Re: NamesList.txt as data source

From: Asmus Freytag (c) <>
Date: Mon, 28 Mar 2016 22:15:01 -0700
On 3/28/2016 9:40 PM, Janusz S. "Bień" wrote:
If you seriously wanted to present "all that is known about a
> character" you would need to excerpt all mentions of it in the core
> specification, as well as (potentially) any additional details
> presented in the version of the proposal document that was approved by
> the UTC as part of encoding the character.

The essential information for LATIN SMALL LETTER P WITH FLOURISH is that
in Medieval manuscripts it is used for "pro" or "por". This information
is available only in

Is this a static and permanent link? 


BTW, the Unicode Consortium goes out of its way to make as many links permanent as feasible. With anything in a nature of an archive, not only the link but its contents will be stable.

What is the copyright status of the

The terms of use (ostensibly for the entire site) are defined here:

The document archive has not been designated with anything more restrictive, more specific or even explicit, but the documents themselves do not carry copyrights. As far as the Consortium is concerned, it requires the submitters to follow this policy

which gives the Consortium the rights to distribute submissions for any purpose.

For example:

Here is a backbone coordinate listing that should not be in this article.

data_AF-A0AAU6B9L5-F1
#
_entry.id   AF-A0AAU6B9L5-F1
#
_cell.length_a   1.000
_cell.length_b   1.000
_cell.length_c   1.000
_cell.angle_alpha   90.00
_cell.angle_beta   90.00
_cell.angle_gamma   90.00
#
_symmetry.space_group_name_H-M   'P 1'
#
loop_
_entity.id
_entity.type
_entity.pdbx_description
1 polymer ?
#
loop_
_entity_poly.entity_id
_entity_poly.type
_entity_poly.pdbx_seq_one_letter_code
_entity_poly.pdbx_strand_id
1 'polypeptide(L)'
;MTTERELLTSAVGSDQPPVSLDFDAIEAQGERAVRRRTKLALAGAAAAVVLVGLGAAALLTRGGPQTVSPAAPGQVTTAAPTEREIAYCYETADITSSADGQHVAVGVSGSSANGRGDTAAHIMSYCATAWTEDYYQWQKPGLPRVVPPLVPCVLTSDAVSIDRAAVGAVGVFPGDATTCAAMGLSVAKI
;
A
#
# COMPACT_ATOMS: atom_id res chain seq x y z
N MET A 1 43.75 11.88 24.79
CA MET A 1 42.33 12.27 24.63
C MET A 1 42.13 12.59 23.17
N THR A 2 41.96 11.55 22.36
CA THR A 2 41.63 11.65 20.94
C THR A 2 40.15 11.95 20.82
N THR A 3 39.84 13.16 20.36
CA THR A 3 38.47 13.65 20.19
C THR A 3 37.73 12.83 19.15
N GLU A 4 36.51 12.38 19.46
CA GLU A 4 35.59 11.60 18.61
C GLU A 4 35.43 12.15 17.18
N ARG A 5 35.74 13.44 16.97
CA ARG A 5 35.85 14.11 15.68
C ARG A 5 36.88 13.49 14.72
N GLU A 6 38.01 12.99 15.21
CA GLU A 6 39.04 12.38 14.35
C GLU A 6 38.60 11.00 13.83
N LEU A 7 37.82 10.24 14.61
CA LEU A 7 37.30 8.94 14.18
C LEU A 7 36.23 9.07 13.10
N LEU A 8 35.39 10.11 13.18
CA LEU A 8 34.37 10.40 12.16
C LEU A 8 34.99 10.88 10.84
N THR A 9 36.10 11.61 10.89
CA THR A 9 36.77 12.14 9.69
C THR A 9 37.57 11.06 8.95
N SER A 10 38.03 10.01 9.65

Can it be redistributed and replicated on other sites?  

The Consortium places restrictions on the use of material on "pay sites".

Can it be quoted
literally in a Wikipedia entry?

Do you see anything that would restrict you, other than not having any written policy that explicitly covers the Wikipedia?

In general, what can be done to make access to such information easier?

Over time, some of the information should move from the proposals to the text of the core specification and / or into a technical report. (For the mathematical characters, there exists a UTR that covers more details than the core specification, but for completeness, the core specification still contains some higher level stuff).

This process can be user-driven or user\- assisted, by people identifying gaps and either proposing text for the core specification or writing a Unicode Technical Note or proposing a UTR to cover the information.

A UTN or UTR may be appropriate vehicles to collect information about a particular field of application (e.g. medievalist use).


PS: proposals for text should use the contact form.

Best regards


Received on Tue Mar 29 2016 - 00:16:03 CDT

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